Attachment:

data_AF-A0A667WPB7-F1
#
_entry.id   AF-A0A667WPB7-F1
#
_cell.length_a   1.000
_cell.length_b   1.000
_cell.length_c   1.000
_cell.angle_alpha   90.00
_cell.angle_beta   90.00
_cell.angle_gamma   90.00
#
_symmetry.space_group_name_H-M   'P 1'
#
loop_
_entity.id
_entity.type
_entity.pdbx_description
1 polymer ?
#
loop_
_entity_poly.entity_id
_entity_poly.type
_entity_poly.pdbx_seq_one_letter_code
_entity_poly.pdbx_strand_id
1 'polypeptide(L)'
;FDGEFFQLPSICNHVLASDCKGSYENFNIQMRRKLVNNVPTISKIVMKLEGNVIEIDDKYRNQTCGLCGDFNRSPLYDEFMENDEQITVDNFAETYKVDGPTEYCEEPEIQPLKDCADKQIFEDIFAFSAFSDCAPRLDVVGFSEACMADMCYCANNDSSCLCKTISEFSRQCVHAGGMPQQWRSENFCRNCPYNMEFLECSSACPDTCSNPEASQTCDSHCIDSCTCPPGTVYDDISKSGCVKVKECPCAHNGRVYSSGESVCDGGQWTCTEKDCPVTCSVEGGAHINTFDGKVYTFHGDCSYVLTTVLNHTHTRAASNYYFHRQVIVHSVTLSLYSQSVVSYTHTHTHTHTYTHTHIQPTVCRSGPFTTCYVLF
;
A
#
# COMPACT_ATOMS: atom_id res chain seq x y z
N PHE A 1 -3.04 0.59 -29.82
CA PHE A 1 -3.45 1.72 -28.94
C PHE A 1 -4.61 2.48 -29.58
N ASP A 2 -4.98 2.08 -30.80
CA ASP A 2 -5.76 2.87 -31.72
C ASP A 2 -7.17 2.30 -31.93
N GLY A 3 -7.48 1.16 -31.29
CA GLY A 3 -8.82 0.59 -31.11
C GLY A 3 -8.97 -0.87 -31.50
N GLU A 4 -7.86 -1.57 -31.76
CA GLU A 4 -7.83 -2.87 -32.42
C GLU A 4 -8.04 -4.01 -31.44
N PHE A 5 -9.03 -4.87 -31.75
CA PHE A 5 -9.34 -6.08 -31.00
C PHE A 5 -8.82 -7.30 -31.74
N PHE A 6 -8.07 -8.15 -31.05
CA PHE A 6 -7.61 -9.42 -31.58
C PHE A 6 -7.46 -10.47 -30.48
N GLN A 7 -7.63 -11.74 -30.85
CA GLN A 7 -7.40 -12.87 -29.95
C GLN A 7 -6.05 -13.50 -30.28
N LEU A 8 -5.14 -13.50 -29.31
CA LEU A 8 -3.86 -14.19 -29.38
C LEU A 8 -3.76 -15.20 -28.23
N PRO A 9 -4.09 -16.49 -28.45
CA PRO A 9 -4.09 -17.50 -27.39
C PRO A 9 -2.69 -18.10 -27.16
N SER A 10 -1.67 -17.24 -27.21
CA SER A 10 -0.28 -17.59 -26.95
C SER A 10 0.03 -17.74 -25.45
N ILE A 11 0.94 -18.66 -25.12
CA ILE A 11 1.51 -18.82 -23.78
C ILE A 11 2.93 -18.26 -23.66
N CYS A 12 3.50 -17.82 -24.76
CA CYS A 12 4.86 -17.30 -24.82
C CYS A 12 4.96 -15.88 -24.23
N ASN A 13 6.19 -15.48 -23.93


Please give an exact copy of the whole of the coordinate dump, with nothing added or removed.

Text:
data_AF-A0A667WPB7-F1
#
_entry.id   AF-A0A667WPB7-F1
#
_cell.length_a   1.000
_cell.length_b   1.000
_cell.length_c   1.000
_cell.angle_alpha   90.00
_cell.angle_beta   90.00
_cell.angle_gamma   90.00
#
_symmetry.space_group_name_H-M   'P 1'
#
loop_
_entity.id
_entity.type
_entity.pdbx_description
1 polymer ?
#
loop_
_entity_poly.entity_id
_entity_poly.type
_entity_poly.pdbx_seq_one_letter_code
_entity_poly.pdbx_strand_id
1 'polypeptide(L)'
;FDGEFFQLPSICNHVLASDCKGSYENFNIQMRRKLVNNVPTISKIVMKLEGNVIEIDDKYRNQTCGLCGDFNRSPLYDEFMENDEQITVDNFAETYKVDGPTEYCEEPEIQPLKDCADKQIFEDIFAFSAFSDCAPRLDVVGFSEACMADMCYCANNDSSCLCKTISEFSRQCVHAGGMPQQWRSENFCRNCPYNMEFLECSSACPDTCSNPEASQTCDSHCIDSCTCPPGTVYDDISKSGCVKVKECPCAHNGRVYSSGESVCDGGQWTCTEKDCPVTCSVEGGAHINTFDGKVYTFHGDCSYVLTTVLNHTHTRAASNYYFHRQVIVHSVTLSLYSQSVVSYTHTHTHTHTYTHTHIQPTVCRSGPFTTCYVLF
;
A
#
# COMPACT_ATOMS: atom_id res chain seq x y z
N PHE A 1 -3.04 0.59 -29.82
CA PHE A 1 -3.45 1.72 -28.94
C PHE A 1 -4.61 2.48 -29.58
N ASP A 2 -4.98 2.08 -30.80
CA ASP A 2 -5.76 2.87 -31.72
C ASP A 2 -7.17 2.30 -31.93
N GLY A 3 -7.48 1.16 -31.29
CA GLY A 3 -8.82 0.59 -31.11
C GLY A 3 -8.97 -0.87 -31.50
N GLU A 4 -7.86 -1.57 -31.76
CA GLU A 4 -7.83 -2.87 -32.42
C GLU A 4 -8.04 -4.01 -31.44
N PHE A 5 -9.03 -4.87 -31.75
CA PHE A 5 -9.34 -6.08 -31.00
C PHE A 5 -8.82 -7.30 -31.74
N PHE A 6 -8.07 -8.15 -31.05
CA PHE A 6 -7.61 -9.42 -31.58
C PHE A 6 -7.46 -10.47 -30.48
N GLN A 7 -7.63 -11.74 -30.85
CA GLN A 7 -7.40 -12.87 -29.95
C GLN A 7 -6.05 -13.50 -30.28
N LEU A 8 -5.14 -13.50 -29.31
CA LEU A 8 -3.86 -14.19 -29.38
C LEU A 8 -3.76 -15.20 -28.23
N PRO A 9 -4.09 -16.49 -28.45
CA PRO A 9 -4.09 -17.50 -27.39
C PRO A 9 -2.69 -18.10 -27.16
N SER A 10 -1.67 -17.24 -27.21
CA SER A 10 -0.28 -17.59 -26.95
C SER A 10 0.03 -17.74 -25.45
N ILE A 11 0.94 -18.66 -25.12
CA ILE A 11 1.51 -18.82 -23.78
C ILE A 11 2.93 -18.26 -23.66
N CYS A 12 3.50 -17.82 -24.76
CA CYS A 12 4.86 -17.30 -24.82
C CYS A 12 4.96 -15.88 -24.23
N ASN A 13 6.19 -15.48 -23.93